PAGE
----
Embryo Research Promise Breaking

by Wesley J. Smith

Over the last few decades, as I have debated issues of bioethics and biotech and observed the field, I have come to the conclusion that “the scientists” believe themselves entitled to do what they want, in the way they want–regardless of whether the population they claim to serve accept what they are doing as moral or right.

Gainsay this, and you are branded with the dreaded pejorative, ”anti-science.”

But expressing differences over ethics isn’t the same thing as opposing the method. Of course, scientists should have a very loud voice in determining the proper regulatory parameters around this powerful sphere. But it should not be the only voice. We all have a stake in these portentous issues.

To avoid true public oversight, scientific organizations go through the motions of holding ethics symposia and creating voluntary guidelines, and the like. 

And they may even agree to prohibit certain areas of investigation. But there’s a cynical trick often deployed here. The areas they agree to constrain often are things that cannot yet be done

Then, when that research gets them to the point of being able to do the prohibited and once undoable, they break the promise and move the line.

We see this dynamic playing out now in embryo research. During the last few decades, “the scientists” agreed to limit their experiments to embryos no farther along than 14 days. Of course, maintaining an embryo in a dish for longer that was not doable.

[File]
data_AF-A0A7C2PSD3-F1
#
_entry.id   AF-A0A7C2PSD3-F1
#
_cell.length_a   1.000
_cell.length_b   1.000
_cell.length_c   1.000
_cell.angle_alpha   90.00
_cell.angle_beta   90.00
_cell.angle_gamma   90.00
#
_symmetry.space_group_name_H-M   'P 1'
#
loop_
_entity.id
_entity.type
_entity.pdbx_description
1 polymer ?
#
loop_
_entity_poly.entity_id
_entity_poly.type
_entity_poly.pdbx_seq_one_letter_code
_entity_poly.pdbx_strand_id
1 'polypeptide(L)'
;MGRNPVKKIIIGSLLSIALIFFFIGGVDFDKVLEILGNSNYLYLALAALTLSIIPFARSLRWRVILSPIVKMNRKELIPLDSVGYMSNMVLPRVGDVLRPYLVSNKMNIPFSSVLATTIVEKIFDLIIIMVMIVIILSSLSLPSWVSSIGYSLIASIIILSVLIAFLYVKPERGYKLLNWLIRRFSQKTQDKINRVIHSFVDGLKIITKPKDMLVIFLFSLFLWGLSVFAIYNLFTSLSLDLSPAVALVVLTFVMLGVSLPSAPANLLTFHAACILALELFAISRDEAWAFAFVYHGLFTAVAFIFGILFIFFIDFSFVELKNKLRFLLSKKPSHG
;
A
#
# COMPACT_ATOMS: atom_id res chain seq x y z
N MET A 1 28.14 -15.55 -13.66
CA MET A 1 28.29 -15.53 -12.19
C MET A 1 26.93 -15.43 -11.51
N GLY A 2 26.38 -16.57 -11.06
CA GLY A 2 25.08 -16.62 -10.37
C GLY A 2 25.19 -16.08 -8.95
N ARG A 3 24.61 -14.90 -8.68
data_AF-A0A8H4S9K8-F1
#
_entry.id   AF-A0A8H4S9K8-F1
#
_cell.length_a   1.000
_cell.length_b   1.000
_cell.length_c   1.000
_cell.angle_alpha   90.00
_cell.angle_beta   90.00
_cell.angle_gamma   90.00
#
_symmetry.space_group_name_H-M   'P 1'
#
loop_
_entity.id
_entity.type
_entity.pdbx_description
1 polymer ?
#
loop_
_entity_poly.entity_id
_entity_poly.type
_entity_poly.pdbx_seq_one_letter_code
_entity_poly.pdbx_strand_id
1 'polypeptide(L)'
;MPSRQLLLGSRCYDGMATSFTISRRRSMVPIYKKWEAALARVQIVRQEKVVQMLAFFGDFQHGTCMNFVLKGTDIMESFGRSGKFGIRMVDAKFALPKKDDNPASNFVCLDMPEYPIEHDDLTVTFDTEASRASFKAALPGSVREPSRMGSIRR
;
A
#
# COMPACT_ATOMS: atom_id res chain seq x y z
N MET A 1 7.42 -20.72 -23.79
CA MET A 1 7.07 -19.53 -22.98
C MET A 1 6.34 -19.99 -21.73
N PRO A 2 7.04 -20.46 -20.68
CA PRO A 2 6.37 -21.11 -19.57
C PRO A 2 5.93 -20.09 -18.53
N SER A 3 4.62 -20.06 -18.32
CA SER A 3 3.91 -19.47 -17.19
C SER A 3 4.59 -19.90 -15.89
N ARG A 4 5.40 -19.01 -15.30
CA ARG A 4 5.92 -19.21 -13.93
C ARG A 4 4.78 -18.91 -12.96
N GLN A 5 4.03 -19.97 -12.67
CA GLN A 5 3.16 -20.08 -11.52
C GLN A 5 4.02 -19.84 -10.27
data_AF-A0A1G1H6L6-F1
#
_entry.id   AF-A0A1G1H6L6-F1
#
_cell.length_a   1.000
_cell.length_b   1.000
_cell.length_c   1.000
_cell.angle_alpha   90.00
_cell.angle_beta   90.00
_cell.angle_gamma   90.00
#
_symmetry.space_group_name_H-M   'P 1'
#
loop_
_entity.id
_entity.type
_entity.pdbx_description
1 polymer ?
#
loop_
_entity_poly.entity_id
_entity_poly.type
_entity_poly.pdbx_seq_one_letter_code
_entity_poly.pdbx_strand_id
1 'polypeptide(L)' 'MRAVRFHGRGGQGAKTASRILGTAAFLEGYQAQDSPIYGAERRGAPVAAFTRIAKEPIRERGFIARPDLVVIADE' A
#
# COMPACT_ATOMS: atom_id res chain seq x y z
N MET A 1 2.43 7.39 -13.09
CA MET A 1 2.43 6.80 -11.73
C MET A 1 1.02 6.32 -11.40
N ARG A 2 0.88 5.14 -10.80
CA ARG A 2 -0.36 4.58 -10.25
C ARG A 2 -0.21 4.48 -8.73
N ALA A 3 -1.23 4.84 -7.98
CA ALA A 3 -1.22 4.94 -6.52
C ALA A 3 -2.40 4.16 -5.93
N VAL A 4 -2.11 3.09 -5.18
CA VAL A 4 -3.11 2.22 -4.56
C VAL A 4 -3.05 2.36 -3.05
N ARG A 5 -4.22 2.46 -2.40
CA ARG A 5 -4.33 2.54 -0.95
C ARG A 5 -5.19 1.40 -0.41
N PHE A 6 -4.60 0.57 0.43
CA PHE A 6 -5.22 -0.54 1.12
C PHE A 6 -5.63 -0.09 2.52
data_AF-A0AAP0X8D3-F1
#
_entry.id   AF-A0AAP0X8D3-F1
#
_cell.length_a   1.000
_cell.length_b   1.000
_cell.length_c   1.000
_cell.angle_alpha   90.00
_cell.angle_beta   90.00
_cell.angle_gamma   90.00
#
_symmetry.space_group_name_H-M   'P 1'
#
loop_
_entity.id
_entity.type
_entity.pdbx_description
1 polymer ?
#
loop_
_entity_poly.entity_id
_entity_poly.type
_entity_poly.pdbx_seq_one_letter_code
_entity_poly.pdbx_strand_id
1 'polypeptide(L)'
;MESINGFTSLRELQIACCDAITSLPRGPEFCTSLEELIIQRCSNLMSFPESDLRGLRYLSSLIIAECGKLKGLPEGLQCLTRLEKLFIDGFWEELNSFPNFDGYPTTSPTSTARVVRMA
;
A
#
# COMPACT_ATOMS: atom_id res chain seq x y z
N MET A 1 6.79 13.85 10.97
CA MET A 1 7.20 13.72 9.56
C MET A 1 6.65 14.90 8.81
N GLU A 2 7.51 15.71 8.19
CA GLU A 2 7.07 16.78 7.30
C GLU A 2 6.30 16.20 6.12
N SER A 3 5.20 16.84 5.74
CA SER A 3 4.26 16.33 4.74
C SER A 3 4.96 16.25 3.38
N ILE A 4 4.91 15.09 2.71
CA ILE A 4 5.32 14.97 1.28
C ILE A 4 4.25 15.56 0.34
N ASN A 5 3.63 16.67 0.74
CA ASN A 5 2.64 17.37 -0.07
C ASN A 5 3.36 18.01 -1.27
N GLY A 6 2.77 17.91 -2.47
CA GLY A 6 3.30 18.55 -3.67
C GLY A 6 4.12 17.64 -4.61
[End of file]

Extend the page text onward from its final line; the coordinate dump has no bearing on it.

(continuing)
But now, with improving technology, arguments are being heard to extend the time to 28 days. From The Guardian story:

Later this week some of the world’s leading scientists will gather at University College London to debate a simple but highly controversial notion: that it is time to scrap the 14-day limit on embryo research. Thanks to recent scientific breakthroughs, researchers have reached a point where they can begin to think of experimenting on embryos up to 28 days in age.
The benefits for medical science would be considerable. As a result, many are pressing for the 14-day rule – which has been enshrined in British law for more than 25 years – to be replaced with one allowing research to be carried out on embryos that have lived for double that period.

And so, the usual dance music plays. After 28 days, as technology improves, we will eventually see calls for one month. Then two. Then six.

Come to think of it, given the utilitarian ideological bent within the sciences and bioethics–evidenced by the call in some of the world’s most respected journals to permit live experimentation on people with PVS, and the fact that scientists previously conducted live fetal experimentation–I’m not sure I can predict what permanent line “the scientists” would ever agree never to cross when it comes to biotechnological experimentation on the unborn.

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